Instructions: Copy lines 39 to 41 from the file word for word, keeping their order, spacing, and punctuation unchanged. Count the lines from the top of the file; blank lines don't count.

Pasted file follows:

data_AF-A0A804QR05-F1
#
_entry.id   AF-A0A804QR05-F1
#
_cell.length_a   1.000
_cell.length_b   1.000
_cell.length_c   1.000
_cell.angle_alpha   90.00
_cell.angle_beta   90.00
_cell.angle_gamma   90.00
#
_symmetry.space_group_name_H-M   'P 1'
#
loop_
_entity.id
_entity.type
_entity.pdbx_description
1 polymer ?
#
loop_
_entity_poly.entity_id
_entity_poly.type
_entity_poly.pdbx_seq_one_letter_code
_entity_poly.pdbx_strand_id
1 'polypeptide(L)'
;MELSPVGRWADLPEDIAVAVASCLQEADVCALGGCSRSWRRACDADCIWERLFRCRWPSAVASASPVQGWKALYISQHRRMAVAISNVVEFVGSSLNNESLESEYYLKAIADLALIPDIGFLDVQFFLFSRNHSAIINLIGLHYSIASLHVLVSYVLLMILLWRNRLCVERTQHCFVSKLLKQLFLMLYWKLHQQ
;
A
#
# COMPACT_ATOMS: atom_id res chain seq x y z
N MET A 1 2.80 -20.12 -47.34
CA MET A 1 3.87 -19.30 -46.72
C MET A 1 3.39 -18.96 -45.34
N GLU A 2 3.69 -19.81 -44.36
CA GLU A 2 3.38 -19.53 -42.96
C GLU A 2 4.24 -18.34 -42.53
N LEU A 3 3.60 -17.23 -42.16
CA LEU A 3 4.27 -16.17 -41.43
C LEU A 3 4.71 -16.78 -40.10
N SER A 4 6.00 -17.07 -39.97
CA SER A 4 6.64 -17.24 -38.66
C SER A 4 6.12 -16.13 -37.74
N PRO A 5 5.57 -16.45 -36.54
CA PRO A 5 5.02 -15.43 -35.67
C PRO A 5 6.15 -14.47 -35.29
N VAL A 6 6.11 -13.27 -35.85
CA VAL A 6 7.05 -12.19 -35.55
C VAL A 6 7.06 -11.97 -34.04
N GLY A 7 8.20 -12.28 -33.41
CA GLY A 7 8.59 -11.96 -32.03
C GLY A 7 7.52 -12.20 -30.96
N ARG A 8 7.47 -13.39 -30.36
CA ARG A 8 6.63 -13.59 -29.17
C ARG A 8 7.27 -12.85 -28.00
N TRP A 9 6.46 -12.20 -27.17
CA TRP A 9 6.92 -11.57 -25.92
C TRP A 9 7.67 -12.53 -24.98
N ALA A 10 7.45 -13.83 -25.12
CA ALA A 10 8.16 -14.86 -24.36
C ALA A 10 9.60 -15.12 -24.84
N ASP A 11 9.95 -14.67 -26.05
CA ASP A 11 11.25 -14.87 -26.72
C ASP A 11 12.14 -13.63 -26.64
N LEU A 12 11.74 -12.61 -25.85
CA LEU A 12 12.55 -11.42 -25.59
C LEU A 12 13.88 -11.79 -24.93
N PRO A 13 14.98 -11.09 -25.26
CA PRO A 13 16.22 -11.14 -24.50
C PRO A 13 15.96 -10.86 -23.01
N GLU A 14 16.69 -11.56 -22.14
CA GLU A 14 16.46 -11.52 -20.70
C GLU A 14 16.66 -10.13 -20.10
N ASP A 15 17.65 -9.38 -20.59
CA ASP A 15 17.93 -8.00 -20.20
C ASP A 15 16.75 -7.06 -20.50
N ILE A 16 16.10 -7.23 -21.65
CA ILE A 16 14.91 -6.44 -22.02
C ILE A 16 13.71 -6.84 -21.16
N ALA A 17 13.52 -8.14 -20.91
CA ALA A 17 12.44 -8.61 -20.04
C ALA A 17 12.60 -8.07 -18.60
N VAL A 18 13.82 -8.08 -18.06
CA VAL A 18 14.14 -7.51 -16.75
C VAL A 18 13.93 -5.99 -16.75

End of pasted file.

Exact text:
C LEU A 3 4.71 -16.78 -40.10
N SER A 4 6.00 -17.07 -39.97
CA SER A 4 6.64 -17.24 -38.66